3. “NATO should outline a global blueprint (italics mine) for better utilizing its partnerships to advance NATO strategic interests. It should shift from the current demand-driven approach to an interest-driven approach (italics mine) and consider providing more stable and predictable resource streams for partnership activities. NATO’s Open Door Policy should be upheld and reinvigorated. NATO should expand and strengthen partnerships with Ukraine and Georgia.”
Here’s to The Triple Threat. Yet the Top of the Pops – as in fat, juicy industrial-military complex contracts – is really here:
The most profound geopolitical challenge is posed by Russia. While Russia is by economic and social measures a declining power, it has proven itself capable of territorial aggression and is likely to remain a chief threat facing NATO over the coming decade.
NATO may be redacting, but the master script comes straight from the Deep State – complete with Russia “seeking hegemony”; expanding Hybrid War (the concept was actually invented by the Deep State); and manipulating “cyber, state-sanctioned assassinations, and poisonings – using chemical weapons, political coercion, and other methods to violate the sovereignty of Allies.”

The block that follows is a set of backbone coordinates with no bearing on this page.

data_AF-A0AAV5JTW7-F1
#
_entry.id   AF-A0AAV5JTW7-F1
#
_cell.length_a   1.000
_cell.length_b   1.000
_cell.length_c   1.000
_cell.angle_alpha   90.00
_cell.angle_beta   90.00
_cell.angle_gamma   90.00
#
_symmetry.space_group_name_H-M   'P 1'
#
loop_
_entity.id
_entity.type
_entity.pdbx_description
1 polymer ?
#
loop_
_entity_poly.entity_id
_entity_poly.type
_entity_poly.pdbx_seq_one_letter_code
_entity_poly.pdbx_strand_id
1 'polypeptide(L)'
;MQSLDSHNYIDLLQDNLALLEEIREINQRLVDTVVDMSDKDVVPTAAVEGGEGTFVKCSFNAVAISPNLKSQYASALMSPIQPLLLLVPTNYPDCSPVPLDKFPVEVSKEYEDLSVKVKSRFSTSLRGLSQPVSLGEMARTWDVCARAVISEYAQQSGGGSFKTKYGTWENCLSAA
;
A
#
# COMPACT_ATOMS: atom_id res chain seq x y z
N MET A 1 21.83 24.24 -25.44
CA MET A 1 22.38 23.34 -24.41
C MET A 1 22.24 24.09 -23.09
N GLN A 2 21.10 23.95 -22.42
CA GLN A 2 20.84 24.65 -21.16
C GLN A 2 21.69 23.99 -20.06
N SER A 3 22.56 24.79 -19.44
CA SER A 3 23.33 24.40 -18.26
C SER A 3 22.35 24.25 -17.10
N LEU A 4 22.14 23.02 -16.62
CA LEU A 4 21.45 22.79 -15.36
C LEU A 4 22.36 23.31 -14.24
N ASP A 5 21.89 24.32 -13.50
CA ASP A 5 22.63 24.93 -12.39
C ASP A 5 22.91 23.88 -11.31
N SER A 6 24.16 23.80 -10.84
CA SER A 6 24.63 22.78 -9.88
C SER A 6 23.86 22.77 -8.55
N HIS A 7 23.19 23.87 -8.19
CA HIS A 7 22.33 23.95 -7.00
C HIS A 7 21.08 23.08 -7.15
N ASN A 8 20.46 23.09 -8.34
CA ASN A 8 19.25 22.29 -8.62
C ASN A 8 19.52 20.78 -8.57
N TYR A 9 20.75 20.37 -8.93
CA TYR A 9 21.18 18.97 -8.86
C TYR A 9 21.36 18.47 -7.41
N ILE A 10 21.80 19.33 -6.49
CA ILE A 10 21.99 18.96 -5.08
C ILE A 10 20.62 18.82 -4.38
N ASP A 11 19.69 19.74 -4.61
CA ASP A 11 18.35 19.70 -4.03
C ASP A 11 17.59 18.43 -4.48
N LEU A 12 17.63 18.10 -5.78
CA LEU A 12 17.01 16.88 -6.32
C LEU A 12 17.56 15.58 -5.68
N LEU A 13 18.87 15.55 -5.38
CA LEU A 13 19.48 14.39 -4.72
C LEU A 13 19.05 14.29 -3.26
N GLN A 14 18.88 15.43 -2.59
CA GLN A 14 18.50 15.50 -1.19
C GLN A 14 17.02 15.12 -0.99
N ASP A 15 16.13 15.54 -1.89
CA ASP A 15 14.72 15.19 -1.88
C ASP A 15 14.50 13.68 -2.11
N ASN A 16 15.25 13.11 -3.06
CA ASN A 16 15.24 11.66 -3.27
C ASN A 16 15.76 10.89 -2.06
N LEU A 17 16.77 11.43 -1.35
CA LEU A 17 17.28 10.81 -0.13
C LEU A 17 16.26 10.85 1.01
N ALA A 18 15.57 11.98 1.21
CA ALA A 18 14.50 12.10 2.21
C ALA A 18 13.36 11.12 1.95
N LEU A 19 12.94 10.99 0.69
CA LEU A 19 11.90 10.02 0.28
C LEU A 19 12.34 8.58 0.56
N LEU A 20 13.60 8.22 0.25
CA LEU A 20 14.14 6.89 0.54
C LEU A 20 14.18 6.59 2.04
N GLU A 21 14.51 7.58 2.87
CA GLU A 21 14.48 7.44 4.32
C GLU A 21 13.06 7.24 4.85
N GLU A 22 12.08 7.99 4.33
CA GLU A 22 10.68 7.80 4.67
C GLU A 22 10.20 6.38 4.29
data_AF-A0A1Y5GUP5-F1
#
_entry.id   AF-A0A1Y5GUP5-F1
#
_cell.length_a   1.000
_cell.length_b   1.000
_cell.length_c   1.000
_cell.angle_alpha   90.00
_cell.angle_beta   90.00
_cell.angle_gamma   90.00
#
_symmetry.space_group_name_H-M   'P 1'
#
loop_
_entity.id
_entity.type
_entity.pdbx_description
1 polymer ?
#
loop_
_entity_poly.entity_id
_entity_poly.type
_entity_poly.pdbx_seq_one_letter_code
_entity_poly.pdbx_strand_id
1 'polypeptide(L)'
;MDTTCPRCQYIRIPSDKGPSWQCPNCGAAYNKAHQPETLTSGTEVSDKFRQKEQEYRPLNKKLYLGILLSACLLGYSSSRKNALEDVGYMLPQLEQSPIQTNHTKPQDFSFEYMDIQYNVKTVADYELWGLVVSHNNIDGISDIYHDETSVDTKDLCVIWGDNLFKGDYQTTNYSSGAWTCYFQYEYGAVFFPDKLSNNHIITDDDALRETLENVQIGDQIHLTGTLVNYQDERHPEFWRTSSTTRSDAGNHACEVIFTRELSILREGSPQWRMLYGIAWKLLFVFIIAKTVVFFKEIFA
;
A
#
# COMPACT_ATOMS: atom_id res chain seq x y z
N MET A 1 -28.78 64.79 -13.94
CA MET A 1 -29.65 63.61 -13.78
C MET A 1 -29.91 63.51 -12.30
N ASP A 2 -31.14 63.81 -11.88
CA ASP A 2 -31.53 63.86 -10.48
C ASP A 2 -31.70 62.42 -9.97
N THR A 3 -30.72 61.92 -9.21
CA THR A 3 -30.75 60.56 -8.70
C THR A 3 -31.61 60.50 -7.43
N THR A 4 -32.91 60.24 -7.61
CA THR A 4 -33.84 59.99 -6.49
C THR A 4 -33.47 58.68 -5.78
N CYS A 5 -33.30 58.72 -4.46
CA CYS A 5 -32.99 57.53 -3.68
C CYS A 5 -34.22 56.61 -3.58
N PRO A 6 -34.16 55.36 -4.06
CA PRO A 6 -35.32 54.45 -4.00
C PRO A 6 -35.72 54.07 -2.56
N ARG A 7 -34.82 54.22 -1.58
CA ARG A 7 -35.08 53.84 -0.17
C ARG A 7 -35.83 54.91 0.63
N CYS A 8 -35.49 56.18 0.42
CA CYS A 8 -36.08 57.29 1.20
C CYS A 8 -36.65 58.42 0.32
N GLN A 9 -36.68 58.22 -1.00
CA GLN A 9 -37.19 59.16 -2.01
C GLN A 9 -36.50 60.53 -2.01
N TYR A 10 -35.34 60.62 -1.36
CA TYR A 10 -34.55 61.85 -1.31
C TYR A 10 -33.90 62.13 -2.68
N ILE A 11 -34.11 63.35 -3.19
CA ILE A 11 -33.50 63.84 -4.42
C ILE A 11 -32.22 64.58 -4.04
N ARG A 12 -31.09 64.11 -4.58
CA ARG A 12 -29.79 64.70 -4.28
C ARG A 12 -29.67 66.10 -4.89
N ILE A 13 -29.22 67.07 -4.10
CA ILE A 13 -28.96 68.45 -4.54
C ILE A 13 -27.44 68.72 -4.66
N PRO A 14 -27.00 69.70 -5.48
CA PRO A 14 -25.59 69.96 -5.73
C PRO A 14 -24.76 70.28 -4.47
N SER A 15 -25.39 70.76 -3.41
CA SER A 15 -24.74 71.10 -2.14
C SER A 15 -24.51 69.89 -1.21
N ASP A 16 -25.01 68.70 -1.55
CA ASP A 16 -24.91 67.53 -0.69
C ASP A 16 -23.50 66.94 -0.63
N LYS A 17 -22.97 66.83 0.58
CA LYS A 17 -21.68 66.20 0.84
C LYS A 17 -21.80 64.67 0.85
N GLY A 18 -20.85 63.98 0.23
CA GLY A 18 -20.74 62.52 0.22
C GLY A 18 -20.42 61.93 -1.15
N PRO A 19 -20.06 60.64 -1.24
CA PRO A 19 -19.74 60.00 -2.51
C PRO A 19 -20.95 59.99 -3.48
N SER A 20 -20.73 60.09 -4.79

Beijing for its part is using “force against its neighbors, as well as economic coercion and intimidatory diplomacy well beyond the Indo-Pacific region. Over the coming decade, China will likely also challenge NATO’s ability to build collective resilience.”
The Global South should be very much aware of NATO’s pledge to save the “free world” from these autocratic evils.